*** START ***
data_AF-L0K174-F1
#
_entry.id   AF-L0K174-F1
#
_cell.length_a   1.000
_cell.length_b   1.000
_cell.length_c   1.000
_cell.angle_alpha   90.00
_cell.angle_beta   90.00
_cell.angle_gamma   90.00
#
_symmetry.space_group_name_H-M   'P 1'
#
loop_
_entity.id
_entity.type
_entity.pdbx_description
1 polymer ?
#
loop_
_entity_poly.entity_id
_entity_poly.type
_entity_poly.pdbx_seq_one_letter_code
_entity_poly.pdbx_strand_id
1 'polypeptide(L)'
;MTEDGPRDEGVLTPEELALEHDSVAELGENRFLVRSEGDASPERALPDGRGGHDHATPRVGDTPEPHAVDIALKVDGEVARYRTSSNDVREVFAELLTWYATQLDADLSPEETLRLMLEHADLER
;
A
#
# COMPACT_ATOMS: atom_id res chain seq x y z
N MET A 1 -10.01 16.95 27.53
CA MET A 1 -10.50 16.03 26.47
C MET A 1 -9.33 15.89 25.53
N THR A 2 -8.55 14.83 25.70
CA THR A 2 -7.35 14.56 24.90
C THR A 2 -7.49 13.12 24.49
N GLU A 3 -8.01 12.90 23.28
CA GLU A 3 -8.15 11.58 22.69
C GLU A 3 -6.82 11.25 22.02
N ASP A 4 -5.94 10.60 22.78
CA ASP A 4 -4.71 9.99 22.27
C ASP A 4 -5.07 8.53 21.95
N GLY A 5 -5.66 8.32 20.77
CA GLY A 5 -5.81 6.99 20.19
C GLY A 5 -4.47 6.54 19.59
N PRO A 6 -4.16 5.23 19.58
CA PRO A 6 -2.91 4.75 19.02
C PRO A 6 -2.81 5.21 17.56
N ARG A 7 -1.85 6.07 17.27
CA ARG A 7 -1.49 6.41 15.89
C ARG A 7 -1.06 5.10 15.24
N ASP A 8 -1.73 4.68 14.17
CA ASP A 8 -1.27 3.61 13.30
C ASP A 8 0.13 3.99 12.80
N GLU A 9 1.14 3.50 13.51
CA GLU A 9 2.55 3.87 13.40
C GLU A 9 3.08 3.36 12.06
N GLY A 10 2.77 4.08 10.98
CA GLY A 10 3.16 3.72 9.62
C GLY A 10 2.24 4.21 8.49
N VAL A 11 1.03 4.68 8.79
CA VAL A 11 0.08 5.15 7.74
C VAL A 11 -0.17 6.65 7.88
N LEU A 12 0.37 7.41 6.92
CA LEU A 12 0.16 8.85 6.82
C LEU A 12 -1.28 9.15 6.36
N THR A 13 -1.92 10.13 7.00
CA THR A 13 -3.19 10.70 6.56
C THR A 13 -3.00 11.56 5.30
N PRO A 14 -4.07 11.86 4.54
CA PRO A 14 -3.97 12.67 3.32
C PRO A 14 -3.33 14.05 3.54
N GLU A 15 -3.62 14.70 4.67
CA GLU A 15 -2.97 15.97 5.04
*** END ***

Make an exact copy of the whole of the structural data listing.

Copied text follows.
data_AF-L0K174-F1
#
_entry.id   AF-L0K174-F1
#
_cell.length_a   1.000
_cell.length_b   1.000
_cell.length_c   1.000
_cell.angle_alpha   90.00
_cell.angle_beta   90.00
_cell.angle_gamma   90.00
#
_symmetry.space_group_name_H-M   'P 1'
#
loop_
_entity.id
_entity.type
_entity.pdbx_description
1 polymer ?
#
loop_
_entity_poly.entity_id
_entity_poly.type
_entity_poly.pdbx_seq_one_letter_code
_entity_poly.pdbx_strand_id
1 'polypeptide(L)'
;MTEDGPRDEGVLTPEELALEHDSVAELGENRFLVRSEGDASPERALPDGRGGHDHATPRVGDTPEPHAVDIALKVDGEVARYRTSSNDVREVFAELLTWYATQLDADLSPEETLRLMLEHADLER
;
A
#
# COMPACT_ATOMS: atom_id res chain seq x y z
N MET A 1 -10.01 16.95 27.53
CA MET A 1 -10.50 16.03 26.47
C MET A 1 -9.33 15.89 25.53
N THR A 2 -8.55 14.83 25.70
CA THR A 2 -7.35 14.56 24.90
C THR A 2 -7.49 13.12 24.49
N GLU A 3 -8.01 12.90 23.28
CA GLU A 3 -8.15 11.58 22.69
C GLU A 3 -6.82 11.25 22.02
N ASP A 4 -5.94 10.60 22.78
CA ASP A 4 -4.71 9.99 22.27
C ASP A 4 -5.07 8.53 21.95
N GLY A 5 -5.66 8.32 20.77
CA GLY A 5 -5.81 6.99 20.19
C GLY A 5 -4.47 6.54 19.59
N PRO A 6 -4.16 5.23 19.58
CA PRO A 6 -2.91 4.75 19.02
C PRO A 6 -2.81 5.21 17.56
N ARG A 7 -1.85 6.07 17.27
CA ARG A 7 -1.49 6.41 15.89
C ARG A 7 -1.06 5.10 15.24
N ASP A 8 -1.73 4.68 14.17
CA ASP A 8 -1.27 3.61 13.30
C ASP A 8 0.13 3.99 12.80
N GLU A 9 1.14 3.50 13.51
CA GLU A 9 2.55 3.87 13.40
C GLU A 9 3.08 3.36 12.06
N GLY A 10 2.77 4.08 10.98
CA GLY A 10 3.16 3.72 9.62
C GLY A 10 2.24 4.21 8.49
N VAL A 11 1.03 4.68 8.79
CA VAL A 11 0.08 5.15 7.74
C VAL A 11 -0.17 6.65 7.88
N LEU A 12 0.37 7.41 6.92
CA LEU A 12 0.16 8.85 6.82
C LEU A 12 -1.28 9.15 6.36
N THR A 13 -1.92 10.13 7.00
CA THR A 13 -3.19 10.70 6.56
C THR A 13 -3.00 11.56 5.30
N PRO A 14 -4.07 11.86 4.54
CA PRO A 14 -3.97 12.67 3.32
C PRO A 14 -3.33 14.05 3.54
N GLU A 15 -3.62 14.70 4.67
CA GLU A 15 -2.97 15.97 5.04